Suspension on bikes has been around probably as long as the bike itself. And suspension stems have certainly been around since the start of the mountain bike era, with designs such as the Girvin Flexstem and the Softride Suspension Stem, although these didn’t meet with total success. With the surge in gravel biking in the past few years, interest has been rekindled with models such as the XLC Anti-Shock stem and the Redshift ShockStop.
Looking to smooth the ride on my gravel bike a bit, I investigated the Redshift ShockStop. Despite some initial trepidations, I whipped out my credit card and ordered one.
My initial impression was “wow, this is heavy”. Popping it on the scales, it came in at 280 grammes, exactly twice the weight of the stem it replaced. Not a big deal on a gravel bike weighing 10 kg, but something to bear in mind if you’re weight conscious.
The ShockStop looks pretty much like a normal stem, just a little chunkier with a squarer cross-section. The steerer clamp and the actual stem part are joined with a pivot bolt at the steerer end, with sealed cartridge bearings. It’s constructed from 6016 aluminium, and comes with some elastomer inserts, which look a lot like Opal Fruit sweets (or Starburst for the younger amongst you). A table in the instruction sheet details the combination of inserts used, depending on the rider’s weight.
Fitting the ShockStop was fairly straightforward – remove the existing stem and fit new. Once the stem was fitting to the steerer, it was time to fit the elastomer inserts – there are a few dire warnings in the instructions about not doing this before fitting the stem. The elastomers provide the cushioning. The number & type are adjusted for the rider’s weight and for the ride quality. I fitted the inserts for the 70-84kg category, figuring that I could change these later if the ride quality wasn’t what I wanted (I’m towards the top end of that range). Changing the elastomers is pretty easy, although it’s not something you’d want to do on the trail or at the roadside. Fitting the preload wedge was a little tricky, with slight pressure required on the stem to align the bolt with the threads. After that, it’s a case of refitting the handlebars and the faceplate.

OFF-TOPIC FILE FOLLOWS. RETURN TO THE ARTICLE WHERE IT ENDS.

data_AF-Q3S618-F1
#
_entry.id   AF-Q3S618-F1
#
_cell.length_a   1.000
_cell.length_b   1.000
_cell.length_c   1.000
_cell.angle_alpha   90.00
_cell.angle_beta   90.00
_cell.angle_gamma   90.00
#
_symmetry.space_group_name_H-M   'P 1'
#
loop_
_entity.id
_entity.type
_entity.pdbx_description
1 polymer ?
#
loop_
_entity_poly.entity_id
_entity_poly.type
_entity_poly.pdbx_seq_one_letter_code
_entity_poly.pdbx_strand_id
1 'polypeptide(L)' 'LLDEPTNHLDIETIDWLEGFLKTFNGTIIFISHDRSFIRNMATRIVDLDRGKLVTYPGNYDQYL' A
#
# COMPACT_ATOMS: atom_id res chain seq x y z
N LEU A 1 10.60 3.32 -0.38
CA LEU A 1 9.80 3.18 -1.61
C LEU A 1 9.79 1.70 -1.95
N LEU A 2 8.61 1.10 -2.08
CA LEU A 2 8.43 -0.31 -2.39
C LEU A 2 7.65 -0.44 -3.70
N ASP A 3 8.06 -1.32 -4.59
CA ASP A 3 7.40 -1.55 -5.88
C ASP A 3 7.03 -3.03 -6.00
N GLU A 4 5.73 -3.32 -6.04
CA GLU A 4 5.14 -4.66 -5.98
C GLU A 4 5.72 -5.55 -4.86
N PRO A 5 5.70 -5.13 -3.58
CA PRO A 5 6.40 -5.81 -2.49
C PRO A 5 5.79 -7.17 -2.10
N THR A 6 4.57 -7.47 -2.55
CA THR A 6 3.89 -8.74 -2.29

I fitted the stem to my Planet-X Tempest Gravel Bike. Since the tyre choice and pressure can have a significant effect on ride quality, I kept the same setup through the test. The bike had Fulcrum Racing 700 wheels with Vittoria Revolution 35 mm tyres, inflated to 4 bar with conventional inner tubes.
After fitting, the stem had a small amount of movement when applying weight to the bars. Redshift reckon there should be 20 mm of movement and this seems pretty much spot-on.
I tested the stem on a variety of roads in my local area – smooth tarmac, rougher tarmac with shallow potholes, rough landrover trails and some single track through the local woods.
Initial impressions were that, although there was some vertical movement, the stem didn’t feel very different to a normal rigid one. The was a bit of rotation on the hoods when braking hard, but little movement when spiriting out of the saddle.
On the tarmac, the stem absorbed the road buzz and took the edge off the shallow potholes.
Once I’d moved onto the landrover tracks, which were considerably more pitted & rutted, the effect of the stem seemed less. I suspect that these were at the limit of the benefits the stem can bring.
I’d chosen a single-track test route through the local woods. It’s fairly flat and sinuous with several narrow sections between trees. The surface is bare ground with loads of tree roots and small fallen branches. Over these conditions, the stem performed well, soaking up the smaller roots and the bumps for the forest floor debris.
Overall, I’m happy with the ShockStop on my gravel bike. It does a good job of damping the majority of the road vibrations on tarmac and the most common gravel conditions, although it’s not so pronounced on the bumpier bits of rougher off-road.
In the long term, I’d have some slight concerns about the durability of the elastomers, and the change in their characteristics over time and environmental conditions. Some will remember the Onza HO pedals that used elastomers instead of springs. These were a nightmare to unclip from in cold weather when the elastomers were cold or once they had aged.